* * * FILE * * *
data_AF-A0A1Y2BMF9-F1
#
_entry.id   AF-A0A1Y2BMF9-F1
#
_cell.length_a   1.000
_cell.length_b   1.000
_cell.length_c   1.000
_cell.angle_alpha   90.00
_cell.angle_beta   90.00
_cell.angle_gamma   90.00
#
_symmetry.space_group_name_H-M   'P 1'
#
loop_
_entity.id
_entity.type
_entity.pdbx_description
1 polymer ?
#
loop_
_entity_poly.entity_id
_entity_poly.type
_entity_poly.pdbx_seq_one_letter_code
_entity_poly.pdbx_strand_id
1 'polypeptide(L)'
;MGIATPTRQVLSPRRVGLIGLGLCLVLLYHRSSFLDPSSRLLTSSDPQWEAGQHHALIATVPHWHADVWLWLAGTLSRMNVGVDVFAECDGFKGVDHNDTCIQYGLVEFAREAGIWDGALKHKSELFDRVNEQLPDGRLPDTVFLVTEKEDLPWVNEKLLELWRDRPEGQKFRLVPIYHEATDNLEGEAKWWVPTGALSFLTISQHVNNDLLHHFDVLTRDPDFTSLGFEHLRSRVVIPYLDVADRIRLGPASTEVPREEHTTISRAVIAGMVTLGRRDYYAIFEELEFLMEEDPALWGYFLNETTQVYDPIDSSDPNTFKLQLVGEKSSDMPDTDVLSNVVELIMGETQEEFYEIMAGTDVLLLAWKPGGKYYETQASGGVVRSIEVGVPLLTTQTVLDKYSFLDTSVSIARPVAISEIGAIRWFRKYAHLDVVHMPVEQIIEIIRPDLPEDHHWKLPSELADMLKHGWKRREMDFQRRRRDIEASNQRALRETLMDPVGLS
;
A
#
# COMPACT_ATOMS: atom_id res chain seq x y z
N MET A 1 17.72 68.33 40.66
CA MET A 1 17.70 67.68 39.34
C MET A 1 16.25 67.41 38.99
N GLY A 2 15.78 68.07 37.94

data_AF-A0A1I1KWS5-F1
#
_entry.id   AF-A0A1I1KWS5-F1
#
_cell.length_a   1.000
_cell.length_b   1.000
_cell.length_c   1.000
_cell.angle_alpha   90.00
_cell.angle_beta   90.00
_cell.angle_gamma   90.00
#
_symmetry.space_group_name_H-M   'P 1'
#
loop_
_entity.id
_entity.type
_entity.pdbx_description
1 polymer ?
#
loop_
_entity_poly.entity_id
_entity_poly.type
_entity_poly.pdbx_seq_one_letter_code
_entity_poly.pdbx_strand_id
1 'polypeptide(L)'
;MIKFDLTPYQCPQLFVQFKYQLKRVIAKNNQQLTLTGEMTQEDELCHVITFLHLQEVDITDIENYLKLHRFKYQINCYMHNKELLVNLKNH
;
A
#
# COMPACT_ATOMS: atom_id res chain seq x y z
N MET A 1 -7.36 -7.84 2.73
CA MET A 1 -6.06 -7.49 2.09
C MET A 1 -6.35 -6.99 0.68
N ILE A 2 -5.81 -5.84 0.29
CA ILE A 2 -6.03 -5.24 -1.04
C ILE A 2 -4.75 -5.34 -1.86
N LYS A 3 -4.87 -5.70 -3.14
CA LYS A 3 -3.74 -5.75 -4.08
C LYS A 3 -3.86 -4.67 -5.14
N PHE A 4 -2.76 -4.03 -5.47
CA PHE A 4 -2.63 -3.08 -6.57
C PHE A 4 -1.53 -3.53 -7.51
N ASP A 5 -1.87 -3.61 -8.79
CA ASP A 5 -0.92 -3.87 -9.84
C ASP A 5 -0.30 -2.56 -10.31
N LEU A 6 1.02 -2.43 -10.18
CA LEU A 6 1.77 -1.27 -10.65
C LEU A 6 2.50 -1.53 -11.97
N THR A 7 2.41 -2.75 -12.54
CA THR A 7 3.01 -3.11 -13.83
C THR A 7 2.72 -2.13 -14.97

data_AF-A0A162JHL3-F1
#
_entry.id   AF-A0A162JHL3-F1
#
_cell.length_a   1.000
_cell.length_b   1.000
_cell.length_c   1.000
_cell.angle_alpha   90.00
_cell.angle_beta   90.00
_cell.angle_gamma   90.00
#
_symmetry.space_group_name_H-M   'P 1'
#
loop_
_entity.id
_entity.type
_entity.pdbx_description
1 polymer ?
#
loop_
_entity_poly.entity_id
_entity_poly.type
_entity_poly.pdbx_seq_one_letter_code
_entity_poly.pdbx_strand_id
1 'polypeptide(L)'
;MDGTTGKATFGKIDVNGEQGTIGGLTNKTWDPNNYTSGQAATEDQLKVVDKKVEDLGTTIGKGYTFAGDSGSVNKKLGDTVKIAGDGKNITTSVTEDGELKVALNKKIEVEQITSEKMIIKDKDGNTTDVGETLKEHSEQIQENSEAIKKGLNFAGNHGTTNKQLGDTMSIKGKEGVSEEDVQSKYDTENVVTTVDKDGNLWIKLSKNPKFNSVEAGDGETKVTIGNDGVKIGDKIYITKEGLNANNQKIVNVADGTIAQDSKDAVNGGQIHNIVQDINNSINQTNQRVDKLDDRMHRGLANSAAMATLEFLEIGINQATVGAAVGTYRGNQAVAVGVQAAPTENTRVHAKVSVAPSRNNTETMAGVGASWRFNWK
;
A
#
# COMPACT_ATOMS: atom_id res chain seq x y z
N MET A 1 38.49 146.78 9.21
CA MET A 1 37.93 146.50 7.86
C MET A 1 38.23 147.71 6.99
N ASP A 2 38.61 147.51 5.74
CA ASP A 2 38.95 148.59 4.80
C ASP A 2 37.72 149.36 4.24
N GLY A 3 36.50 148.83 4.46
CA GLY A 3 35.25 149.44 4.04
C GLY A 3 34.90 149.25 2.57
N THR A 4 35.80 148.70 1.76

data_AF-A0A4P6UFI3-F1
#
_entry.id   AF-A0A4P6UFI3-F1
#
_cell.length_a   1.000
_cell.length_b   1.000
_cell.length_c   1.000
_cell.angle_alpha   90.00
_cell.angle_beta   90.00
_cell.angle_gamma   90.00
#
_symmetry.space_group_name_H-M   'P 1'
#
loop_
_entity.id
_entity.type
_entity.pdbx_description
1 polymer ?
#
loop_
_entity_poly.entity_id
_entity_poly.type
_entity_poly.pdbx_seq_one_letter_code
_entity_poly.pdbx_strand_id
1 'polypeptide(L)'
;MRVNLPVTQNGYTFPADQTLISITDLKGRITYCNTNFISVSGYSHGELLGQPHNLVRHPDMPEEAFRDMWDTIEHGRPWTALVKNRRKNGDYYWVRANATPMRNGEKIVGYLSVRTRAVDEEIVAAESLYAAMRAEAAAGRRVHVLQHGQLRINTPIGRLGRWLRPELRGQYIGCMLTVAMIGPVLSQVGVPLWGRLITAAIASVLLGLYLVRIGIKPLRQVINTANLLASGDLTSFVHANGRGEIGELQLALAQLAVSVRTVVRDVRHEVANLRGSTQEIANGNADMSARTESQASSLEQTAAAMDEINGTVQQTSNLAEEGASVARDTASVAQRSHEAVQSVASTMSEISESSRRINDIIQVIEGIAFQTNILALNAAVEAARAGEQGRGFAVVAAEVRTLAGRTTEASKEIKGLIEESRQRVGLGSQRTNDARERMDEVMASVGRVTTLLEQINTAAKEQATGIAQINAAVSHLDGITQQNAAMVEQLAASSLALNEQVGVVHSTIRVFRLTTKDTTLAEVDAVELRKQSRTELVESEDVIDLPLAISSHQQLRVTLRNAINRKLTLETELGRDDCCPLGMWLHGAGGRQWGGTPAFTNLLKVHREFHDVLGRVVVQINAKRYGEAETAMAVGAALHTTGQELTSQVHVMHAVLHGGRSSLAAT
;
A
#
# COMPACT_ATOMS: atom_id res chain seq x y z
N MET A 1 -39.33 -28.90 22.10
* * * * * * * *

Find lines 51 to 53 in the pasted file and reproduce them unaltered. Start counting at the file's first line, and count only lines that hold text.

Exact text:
_entity.pdbx_description
1 polymer ?
#